Although born in Calgary, Kristin spent most of her childhood living in a hamlet just north of Okotoks. A small farming community, Kristin was fortunate to have several neighbours who taught her to ride and care for their horses, which she continued to do until she graduated high school.
In 2009, Kristin graduated from Mount Royal University with a communications degree and moved to Yorkton, Saskatchewan, to support her husband’s career in radio. This is where she developed a love for working with non-profits. Several years later, Kristin and her husband moved back to Alberta and settled in Red Deer.
Today, Kristin and her family reside in the beautiful town of Sylvan Lake, Alberta. In addition to caring for two children and three dogs, Kristin loves to spend her free time crafting – bead weaving, clay, crocheting, knitting, cross-stitch, felting – you name it, Kristin most likely has learned it.
Shiana is a fourth-generation rancher and lives near Brownfield with her husband and 3 daughters. Regenerative agriculture isn’t a new term to Shiana and her family. On their family ranch, they use a holistic approach to raising beef and dairy cattle, pastured broiler chickens, and laying hens. Raising nutrient-dense local food for her family and community is a passion for Shiana. She has passed along her love of ranching to their daughters, who are currently raising pastured pork.
Shiana and her family take stewardship very seriously and are working hard to sustain and regenerate their soil health. Their ranch’s land base is over 92% grasslands and they’ve implemented planned grazing. Shiana hopes to provide her daughters with the opportunity to continue on the family legacy and heritage.
In her free time, Shiana enjoys camping, gardening, and riding horses. During the winter months, you’ll find Shiana either watching her girls play hockey or hitting the ice herself for a game or two.
Lance was born and raised on the Kainai First Nation (Blood Reserve) in southern Alberta. His background is in the communications arts field with an extensive knowledge in audio and video production. He recently served as councilor for the Blood Tribe Chief and Council from 2012-2020. It was from his participation on the Lands Committee portfolio that Lance realized the importance of farming and ranching best practices and the revitalization of traditional Blackfoot knowledge in sustaining and reintroducing the native plants and animals to Siksikaitapi (Blackfoot Confederacy) territory. This recently included the Kainai Iinnii (buffalo) project in which the Kainai First Nation has introduced a buffalo cultural herd into the community.
Lance currently sits on various organization boards in neighbouring southern Alberta towns and cities in assisting Indigenous community members with the proper support for housing and resources for living in urban communities. His interests include art, music and graphic arts design. Lance lives in Lethbridge with his family where he operates GhostRattle Arts, a small graphic design, multimedia and t-shirt business.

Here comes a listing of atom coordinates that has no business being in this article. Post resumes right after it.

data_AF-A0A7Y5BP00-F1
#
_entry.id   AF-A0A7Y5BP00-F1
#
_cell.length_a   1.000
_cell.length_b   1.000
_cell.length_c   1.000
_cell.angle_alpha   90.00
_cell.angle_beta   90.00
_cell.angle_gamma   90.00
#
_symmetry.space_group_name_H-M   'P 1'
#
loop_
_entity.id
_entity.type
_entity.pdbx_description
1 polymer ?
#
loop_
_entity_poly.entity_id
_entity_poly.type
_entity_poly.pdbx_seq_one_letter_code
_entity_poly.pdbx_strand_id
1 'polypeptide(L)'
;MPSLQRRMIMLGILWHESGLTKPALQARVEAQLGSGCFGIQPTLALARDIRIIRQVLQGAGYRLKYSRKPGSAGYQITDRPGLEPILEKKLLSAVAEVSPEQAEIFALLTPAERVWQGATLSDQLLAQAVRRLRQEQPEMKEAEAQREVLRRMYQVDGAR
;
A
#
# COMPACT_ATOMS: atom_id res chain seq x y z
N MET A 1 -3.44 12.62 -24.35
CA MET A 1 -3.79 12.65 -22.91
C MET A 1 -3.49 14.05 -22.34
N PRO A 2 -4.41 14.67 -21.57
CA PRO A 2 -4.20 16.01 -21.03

Riel (Spitaikoan) Houle is a Blackfoot member of the Piikani Nation and a lifelong advocator of climate change and solutions. Riel has served four years as an elected band councillor for the Piikani Nation and has a wealth of leadership and governance experience. He also owns and operates his own tourism business in Piikani known as Pale Horse Tipi Camp. In 2017 Pale Horse Tipi Camp was featured on the CBC’s television show “The Dragons Den”. The Blackfoot cross cultural camp runs from May to October each year and brings a unique glamping experience to guests from around the world. The camp promotes all-inclusive options such a catered indigenous cuisine, horseback riding, cultural camps, and eco- tours.
Nathan (Mistaah’ksokito’pii) is a Blackfoot member of the Piikani Nation. With an interest in protecting land and resources, Nathan is currently taking his masters of science in environmental science.
Being actively involved in ceremonies and powwows has been integral in maintaining Nathan’s cultural identity while studying the formal western educational platform. There have been several agricultural projects that he’s been involved in throughout his academic career. One was a collaboration between Agriculture Agri-Food Canada (AAFC) and the University of Lethbridge, where his role (as a remote sensing student) was to help with their minimal input agricultural system. The main objectives were to decrease nutrient loss to reduce greenhouse gas emissions and provide a more economically efficient potato product. The second project Nathan is currently involved in is a continuation of previous work done by scholars at the University of Lethbridge. This particular project aims to reduce energy costs through progressive renewable energy developments, building income streams from renewable energy produced on agricultural lands, and managing greenhouse gas emissions and sequestration.